Zen and the Art of Making a Morris Chair: Meet your creative spirit on a path to self-discovery by Randy GafnerZen and the Art of Making a Morris Chair: Meet your creative spirit on a path to self-discovery by Randy Gafner

Zen and the Art of Making a Morris Chair: Meet your creative spirit on a path to self-discovery

byRandy GafnerPhotographed byJason Allen

Paperback | November 15, 2016

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IT’S NOT ABOUT THE CHAIR. Recalibrate your work/life balance through the meditative process and mindful practice of making the objects in your life by hand. Make with your hands in the ways that humans have for millennia. Ancient humans made to survive. Reduce stress and banish anxiety when you return to a forgotten part of being a human on this planet by making your things with your hands. Modern humans make to thrive.

Randy Gafner’s mindful journey of making a museum-worthy chair becomes an allegory for self-exploration and restoration, paving a path from curiosity to accomplishment. His mindful, creative consideration of change, courage, acceptance, choice-making and belief through the process of completing this chair encourages you to consider your own personal hand made efforts. 

Make it your way!

Title:Zen and the Art of Making a Morris Chair: Meet your creative spirit on a path to self-discoveryFormat:PaperbackDimensions:76 pages, 9 × 6 × 0.16 inPublished:November 15, 2016Publisher:Kitsap PublishingLanguage:English

The following ISBNs are associated with this title:

ISBN - 10:1942661312

ISBN - 13:9781942661313

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Table of Contents

What I Know i

What I Didn’t Know i

From the Beginning iii


Metamorphosis 1

Your Behavior and Others’ Behavior 1

Setting Realistic Expectations 3

Cultivate Patience 5

What Did I

Learn About Metamorphosis

from the Morris Chair? 8


Overcoming Fear 9

Fear of the Judgment of Others 9

Fear of Judgment From Oneself 12

Fear of the Wrong Path 14

What Have I Learned About Fear

from the Morris Chair? 18


Letting Go 19

See What Happens 19

You Are Not Alone, So Don’t Remain Aloof 22

Perfect is the Enemy of the Good 26

What Have I Learned About Letting Go

from the Morris Chair? 28

Best Choice, Bad Choices 31

Forgiving Yourself 32

Mistakes 35

Stop, Consider, Retreat 38

Lessons Learned from Best Choice, Bad Choices 40

Editorial Reviews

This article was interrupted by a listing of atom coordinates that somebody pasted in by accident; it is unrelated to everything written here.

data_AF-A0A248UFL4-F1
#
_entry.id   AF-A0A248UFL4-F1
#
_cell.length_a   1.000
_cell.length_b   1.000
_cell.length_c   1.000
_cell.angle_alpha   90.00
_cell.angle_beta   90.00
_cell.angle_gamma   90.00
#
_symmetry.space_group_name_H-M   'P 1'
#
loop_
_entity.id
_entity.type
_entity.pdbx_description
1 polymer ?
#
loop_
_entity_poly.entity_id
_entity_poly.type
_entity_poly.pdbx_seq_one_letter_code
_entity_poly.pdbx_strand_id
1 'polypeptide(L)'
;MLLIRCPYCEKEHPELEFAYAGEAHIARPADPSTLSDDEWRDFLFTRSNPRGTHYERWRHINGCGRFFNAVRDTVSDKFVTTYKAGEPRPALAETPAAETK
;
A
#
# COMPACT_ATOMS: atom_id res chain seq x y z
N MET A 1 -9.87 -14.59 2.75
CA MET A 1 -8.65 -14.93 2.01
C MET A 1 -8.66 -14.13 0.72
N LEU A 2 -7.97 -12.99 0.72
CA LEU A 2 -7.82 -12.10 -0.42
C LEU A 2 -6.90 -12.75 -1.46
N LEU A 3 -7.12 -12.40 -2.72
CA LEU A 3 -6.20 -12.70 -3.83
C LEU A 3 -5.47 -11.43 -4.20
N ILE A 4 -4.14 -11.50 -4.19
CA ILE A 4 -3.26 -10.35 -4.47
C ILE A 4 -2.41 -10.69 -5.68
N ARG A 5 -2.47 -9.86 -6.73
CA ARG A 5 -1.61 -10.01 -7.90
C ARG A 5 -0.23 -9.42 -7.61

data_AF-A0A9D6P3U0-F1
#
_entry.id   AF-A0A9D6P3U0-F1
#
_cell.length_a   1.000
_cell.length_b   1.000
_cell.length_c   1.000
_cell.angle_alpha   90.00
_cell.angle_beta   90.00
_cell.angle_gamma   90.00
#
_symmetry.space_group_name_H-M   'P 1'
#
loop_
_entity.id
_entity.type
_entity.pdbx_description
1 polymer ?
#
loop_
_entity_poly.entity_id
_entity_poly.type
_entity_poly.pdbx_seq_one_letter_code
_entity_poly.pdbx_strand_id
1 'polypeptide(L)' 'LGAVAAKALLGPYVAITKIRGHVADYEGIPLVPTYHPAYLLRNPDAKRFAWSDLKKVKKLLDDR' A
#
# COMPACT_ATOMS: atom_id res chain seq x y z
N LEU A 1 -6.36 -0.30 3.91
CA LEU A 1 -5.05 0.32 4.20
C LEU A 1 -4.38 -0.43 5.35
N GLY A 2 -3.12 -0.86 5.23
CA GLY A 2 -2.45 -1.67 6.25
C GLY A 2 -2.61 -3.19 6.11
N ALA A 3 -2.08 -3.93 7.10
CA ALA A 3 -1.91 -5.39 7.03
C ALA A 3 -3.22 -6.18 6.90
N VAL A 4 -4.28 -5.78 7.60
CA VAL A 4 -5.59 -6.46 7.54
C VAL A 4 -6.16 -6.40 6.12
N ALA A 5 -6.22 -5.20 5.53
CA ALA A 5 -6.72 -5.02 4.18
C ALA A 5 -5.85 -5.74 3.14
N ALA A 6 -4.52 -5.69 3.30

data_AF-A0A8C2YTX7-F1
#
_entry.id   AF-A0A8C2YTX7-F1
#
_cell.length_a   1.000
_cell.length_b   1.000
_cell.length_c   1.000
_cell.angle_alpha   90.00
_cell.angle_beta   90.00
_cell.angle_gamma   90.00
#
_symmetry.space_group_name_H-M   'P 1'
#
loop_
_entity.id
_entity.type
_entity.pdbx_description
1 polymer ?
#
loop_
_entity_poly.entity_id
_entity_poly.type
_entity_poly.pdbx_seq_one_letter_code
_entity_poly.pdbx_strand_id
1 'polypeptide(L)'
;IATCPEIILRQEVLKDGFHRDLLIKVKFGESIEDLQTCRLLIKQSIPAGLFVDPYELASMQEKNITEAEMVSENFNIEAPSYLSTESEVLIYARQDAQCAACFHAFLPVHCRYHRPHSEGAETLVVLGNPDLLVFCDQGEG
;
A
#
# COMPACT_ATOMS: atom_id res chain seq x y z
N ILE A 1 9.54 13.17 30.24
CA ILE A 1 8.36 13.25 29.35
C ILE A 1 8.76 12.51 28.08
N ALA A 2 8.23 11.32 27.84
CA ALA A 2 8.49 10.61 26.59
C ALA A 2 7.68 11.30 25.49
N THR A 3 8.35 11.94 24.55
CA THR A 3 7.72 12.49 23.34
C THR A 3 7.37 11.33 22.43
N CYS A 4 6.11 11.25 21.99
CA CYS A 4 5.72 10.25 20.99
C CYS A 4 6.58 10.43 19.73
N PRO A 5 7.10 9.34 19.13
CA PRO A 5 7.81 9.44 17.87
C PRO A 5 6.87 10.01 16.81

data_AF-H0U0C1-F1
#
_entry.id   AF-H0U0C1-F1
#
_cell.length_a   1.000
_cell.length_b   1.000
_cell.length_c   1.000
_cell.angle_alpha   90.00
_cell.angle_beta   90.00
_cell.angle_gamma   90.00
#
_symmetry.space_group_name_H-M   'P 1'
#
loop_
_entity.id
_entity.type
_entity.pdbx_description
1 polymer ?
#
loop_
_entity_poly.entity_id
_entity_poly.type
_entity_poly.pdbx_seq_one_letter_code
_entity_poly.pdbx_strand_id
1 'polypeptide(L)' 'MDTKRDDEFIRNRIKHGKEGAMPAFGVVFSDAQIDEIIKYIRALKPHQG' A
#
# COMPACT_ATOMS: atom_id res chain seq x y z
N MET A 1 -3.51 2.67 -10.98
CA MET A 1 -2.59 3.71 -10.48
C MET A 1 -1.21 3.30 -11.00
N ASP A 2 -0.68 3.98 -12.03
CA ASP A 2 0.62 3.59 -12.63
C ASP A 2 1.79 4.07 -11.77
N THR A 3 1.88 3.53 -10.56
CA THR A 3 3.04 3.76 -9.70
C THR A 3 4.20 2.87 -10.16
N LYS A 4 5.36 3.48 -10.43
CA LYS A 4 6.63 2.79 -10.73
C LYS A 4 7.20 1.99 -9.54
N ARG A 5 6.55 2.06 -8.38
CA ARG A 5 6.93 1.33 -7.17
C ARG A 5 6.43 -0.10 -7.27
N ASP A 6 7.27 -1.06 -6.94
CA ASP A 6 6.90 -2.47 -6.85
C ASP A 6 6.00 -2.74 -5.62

This concise, lyrical book is much more than a ‘how to’ manual for building a piece of furniture, but the record of a heartfelt quest for authenticity in the whole personality. It is full of vital lessons on reclaiming our humanity from the ruling culture of artless fakery, and will benefit anyone who is serious about creative endeavor. You might even be inspired to build a chair. – James Howard Kunstler – author of the World Made By Hand novels and many other books. Enjoyed! An elegy to loss, recovery, creativity, and fearlessness--and chairs! – Susan Piver is a Buddhist teacher, a student of Sakyong Mipham Rinpoche and the New York Times bestselling author of 8 books, most recently Start Here Now on Shambhala. The manual for challenging yourself to a creative triumph wrapped in the story of one’s man’s journey to self-love. – Susan Bratton – Relationship Expert, Personal Life Media. Inc. "Stop and smell the hardwood. Randy Gafner managed to not only do that but rediscover himself in this extraordinarily simple yet complex journey”. Andy Field, Anchor and Reporter ABC Radio News Randy offers us an excellent view into the maker’s world, describing many things I have experienced but have never seen put into words. He helps dispel the fear of the unknown or at least instructs us that it is perfectly normal to experience it. He also gives us tools to overcome the various roadblocks in the maker’s path. This is an instructive and enjoyable book for anyone who creates objects. – Dianne Ayres – Arts & Crafts Period Textiles. www.TextileStudio.com Randall uses the building of his Morris Chair as a metaphor for the building of a plan for your life. While the woodworker and Arts and Crafts devotee will end his workshop experience laced with insightful details, anyone without any woodworking experience or any association with the Arts and Crafts movement will come away inspired to utilize Randall’s insight to craft their own personal identity. – Bruce Johnson – Author, Columnist and Director of the National Arts & Crafts Conference at The Grove Park Inn since 1988 Using the metaphor of constructing a Morris Chair, Randy invites you to journey with him as he carefully articulates life-changing discoveries, each one offering a vision of new life. – Donald G. Tritt, Ph.D. – Emeritus Professor of Psychology, Denison University There is a deep satisfaction in making something with your own two hands. In “Zen and the Art of Making a Morris Chair,” Randy Gafner spends a year building a beautiful chair. Along the way, he makes a few mistakes, learns a great deal about tools and woodworking and gets to know himself a little better. He also discovers and shares many simple and eternal truths. In our busy lives where our work often does not produce something tangible, there is a lot to be learned and enjoyed by making something. Maybe it’s a Morris Chair, maybe it’s a loaf of artisanal bread or a hand-knit sweater. The sheer degree of concentration these activities demand alone is a centering exercise to calm the jitters induced by this multitasking world of ours. Making something also offers us a chance for creativity and achievement in a whole new realm that may change the way we view ourselves. Take the journey with Randy and you just may be inspired to embark on one of your own. – Melody Kimmel SVP of Media Training at MSLGROUP